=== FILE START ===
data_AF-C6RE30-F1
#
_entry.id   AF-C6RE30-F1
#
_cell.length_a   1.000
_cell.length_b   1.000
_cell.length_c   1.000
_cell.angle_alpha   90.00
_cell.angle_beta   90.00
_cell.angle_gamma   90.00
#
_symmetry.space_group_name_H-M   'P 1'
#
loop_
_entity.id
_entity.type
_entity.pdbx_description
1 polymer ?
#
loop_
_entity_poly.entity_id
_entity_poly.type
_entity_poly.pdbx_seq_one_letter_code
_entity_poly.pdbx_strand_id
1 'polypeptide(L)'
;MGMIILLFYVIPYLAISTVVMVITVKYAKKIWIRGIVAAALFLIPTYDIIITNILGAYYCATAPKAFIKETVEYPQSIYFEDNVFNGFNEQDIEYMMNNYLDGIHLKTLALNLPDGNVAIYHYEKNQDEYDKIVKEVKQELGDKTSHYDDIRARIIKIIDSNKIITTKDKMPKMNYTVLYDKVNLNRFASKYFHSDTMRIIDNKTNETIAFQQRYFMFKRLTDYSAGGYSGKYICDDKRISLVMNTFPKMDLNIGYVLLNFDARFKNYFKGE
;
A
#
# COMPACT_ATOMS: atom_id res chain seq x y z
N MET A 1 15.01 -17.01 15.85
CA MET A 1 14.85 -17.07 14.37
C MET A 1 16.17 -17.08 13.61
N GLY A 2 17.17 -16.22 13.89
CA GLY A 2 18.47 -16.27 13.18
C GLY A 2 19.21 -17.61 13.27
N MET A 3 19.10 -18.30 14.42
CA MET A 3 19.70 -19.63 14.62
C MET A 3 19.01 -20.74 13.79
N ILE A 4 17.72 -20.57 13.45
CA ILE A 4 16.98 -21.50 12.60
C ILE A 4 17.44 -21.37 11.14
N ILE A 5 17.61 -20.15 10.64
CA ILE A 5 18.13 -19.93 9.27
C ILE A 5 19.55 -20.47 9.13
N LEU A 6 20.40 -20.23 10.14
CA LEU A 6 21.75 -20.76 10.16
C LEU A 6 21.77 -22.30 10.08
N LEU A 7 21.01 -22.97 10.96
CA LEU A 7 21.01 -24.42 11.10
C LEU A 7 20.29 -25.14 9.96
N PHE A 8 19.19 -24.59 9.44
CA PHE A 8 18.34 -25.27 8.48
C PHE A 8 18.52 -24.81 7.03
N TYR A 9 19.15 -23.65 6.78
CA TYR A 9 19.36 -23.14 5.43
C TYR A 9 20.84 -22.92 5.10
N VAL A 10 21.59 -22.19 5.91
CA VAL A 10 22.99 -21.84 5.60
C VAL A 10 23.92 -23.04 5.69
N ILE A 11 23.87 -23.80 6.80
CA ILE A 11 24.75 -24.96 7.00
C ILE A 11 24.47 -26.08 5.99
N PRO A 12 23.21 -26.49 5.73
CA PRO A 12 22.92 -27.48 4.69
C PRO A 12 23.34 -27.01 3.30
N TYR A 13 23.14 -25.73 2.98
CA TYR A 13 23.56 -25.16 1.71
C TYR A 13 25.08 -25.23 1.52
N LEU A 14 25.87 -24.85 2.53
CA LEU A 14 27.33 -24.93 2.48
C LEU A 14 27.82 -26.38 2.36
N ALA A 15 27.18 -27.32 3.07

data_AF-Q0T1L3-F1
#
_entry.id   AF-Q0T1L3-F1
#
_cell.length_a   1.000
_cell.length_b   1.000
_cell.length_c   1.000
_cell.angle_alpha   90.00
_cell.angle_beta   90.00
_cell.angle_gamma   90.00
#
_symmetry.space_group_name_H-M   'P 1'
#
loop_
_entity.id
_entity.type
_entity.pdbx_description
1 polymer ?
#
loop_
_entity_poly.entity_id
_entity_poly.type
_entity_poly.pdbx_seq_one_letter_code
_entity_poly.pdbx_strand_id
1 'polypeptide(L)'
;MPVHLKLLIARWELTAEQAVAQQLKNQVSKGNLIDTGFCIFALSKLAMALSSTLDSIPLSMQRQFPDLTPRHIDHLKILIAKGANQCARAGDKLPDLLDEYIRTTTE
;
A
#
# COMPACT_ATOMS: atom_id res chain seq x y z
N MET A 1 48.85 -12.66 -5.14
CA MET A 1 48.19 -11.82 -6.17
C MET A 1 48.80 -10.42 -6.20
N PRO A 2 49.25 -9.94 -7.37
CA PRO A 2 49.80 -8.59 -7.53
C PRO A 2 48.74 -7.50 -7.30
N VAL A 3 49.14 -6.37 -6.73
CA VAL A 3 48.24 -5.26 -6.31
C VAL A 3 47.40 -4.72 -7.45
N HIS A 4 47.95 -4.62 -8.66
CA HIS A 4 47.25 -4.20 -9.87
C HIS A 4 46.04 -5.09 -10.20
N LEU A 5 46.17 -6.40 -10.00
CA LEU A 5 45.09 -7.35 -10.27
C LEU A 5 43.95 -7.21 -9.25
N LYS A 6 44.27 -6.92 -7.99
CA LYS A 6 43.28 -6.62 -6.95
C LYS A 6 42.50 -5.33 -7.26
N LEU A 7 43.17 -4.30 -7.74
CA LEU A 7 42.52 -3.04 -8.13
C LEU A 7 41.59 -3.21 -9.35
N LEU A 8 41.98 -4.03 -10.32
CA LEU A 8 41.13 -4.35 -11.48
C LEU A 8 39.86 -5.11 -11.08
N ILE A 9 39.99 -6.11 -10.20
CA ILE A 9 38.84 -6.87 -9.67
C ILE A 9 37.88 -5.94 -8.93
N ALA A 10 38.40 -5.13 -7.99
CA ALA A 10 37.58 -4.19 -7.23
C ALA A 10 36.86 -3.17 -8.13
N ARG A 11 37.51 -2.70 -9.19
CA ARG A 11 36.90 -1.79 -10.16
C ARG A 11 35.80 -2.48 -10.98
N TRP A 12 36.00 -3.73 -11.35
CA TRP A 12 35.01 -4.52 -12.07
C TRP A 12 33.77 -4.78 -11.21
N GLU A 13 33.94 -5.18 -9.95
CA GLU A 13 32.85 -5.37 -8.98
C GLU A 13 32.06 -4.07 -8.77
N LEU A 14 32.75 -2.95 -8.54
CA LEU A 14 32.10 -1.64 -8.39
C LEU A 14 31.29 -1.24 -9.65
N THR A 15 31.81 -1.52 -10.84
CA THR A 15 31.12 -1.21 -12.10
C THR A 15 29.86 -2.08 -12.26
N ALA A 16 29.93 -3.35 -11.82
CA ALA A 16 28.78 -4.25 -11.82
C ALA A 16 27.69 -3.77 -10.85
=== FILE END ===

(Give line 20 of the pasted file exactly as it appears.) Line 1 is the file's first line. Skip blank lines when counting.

loop_